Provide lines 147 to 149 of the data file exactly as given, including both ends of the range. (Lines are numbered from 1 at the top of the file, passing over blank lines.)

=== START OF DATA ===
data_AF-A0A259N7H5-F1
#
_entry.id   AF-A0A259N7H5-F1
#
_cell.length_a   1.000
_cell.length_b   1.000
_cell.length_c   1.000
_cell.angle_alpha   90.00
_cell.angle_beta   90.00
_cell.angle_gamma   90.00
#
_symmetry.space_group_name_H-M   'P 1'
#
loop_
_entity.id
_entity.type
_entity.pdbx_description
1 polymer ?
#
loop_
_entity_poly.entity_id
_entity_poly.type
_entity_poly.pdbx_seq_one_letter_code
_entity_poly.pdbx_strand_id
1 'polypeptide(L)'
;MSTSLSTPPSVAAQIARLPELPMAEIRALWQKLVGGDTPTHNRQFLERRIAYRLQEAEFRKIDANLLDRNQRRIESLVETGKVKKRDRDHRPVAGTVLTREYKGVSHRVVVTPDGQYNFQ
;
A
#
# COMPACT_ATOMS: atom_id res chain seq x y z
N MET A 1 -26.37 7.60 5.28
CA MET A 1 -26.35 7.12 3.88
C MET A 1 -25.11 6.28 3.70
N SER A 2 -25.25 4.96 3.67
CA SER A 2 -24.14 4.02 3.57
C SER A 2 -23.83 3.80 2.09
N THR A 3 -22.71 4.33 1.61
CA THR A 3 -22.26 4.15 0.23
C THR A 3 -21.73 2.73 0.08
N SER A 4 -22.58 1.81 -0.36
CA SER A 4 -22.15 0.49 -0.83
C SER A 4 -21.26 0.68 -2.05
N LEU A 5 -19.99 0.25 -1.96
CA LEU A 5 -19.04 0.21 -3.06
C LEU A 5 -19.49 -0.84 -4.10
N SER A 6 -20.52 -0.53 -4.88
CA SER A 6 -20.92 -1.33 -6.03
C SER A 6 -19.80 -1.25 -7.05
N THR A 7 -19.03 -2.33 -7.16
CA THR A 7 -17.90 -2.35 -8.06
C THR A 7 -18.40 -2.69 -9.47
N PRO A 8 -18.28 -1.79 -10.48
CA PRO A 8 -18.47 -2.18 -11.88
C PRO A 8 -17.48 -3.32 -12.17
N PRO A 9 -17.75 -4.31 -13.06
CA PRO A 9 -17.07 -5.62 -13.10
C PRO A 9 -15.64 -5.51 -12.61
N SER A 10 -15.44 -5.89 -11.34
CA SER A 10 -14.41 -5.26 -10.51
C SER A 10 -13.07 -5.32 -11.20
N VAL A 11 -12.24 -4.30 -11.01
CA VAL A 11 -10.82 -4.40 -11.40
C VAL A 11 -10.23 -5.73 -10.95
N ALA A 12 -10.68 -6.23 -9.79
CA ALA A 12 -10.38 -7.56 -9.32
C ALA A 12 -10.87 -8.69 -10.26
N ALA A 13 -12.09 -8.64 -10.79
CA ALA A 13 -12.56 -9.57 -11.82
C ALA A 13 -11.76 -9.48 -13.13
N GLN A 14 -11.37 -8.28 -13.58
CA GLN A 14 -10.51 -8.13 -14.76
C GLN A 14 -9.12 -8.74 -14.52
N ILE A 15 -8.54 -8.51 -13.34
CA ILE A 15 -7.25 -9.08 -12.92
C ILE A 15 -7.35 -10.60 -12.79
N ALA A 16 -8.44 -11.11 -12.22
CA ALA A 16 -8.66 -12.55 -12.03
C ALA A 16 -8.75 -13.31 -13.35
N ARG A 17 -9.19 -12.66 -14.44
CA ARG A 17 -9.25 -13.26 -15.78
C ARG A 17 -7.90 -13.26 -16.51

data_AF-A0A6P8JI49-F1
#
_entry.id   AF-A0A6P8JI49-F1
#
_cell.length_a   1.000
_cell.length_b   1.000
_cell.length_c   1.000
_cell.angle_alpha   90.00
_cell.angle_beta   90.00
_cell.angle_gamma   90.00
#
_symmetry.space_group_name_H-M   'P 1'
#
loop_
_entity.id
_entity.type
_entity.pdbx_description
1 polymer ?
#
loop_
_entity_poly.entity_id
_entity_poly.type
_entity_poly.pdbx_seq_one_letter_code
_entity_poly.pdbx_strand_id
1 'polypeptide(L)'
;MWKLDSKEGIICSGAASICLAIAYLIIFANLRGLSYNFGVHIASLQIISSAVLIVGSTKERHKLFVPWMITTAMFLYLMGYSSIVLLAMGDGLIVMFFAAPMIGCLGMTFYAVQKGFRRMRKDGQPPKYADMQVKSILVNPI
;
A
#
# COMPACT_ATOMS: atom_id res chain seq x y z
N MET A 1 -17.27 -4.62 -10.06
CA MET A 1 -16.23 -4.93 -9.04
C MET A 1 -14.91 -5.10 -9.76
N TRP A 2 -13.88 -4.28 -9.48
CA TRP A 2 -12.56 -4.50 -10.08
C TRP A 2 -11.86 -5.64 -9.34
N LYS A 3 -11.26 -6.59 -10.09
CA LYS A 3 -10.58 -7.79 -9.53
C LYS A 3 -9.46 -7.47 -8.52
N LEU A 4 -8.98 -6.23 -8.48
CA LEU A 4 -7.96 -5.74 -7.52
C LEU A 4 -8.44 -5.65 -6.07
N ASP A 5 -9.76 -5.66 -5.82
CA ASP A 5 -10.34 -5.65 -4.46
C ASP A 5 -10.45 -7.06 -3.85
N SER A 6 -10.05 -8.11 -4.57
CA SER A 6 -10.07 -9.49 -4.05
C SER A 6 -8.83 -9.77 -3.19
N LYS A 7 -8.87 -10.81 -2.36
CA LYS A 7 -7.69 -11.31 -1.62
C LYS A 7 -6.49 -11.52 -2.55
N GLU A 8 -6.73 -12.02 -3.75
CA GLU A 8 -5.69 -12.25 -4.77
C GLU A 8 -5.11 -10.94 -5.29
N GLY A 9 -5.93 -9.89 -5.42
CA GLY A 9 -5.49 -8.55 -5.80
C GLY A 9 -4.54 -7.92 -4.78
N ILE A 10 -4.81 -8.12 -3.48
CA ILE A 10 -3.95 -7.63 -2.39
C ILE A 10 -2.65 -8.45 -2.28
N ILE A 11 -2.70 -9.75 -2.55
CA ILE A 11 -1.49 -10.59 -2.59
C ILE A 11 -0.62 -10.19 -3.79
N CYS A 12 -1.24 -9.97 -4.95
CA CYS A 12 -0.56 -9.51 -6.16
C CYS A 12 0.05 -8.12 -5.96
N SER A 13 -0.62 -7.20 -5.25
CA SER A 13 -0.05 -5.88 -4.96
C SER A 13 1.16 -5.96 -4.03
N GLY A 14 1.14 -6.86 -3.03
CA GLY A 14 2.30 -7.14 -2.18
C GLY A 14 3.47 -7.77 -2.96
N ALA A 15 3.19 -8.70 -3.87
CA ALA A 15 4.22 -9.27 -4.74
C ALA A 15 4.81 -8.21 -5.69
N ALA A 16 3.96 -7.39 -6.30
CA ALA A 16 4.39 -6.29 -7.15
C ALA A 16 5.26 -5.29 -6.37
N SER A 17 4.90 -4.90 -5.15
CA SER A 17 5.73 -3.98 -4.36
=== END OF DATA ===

C CYS A 12 0.05 -8.12 -5.96
N SER A 13 -0.62 -7.20 -5.25
CA SER A 13 -0.05 -5.88 -4.96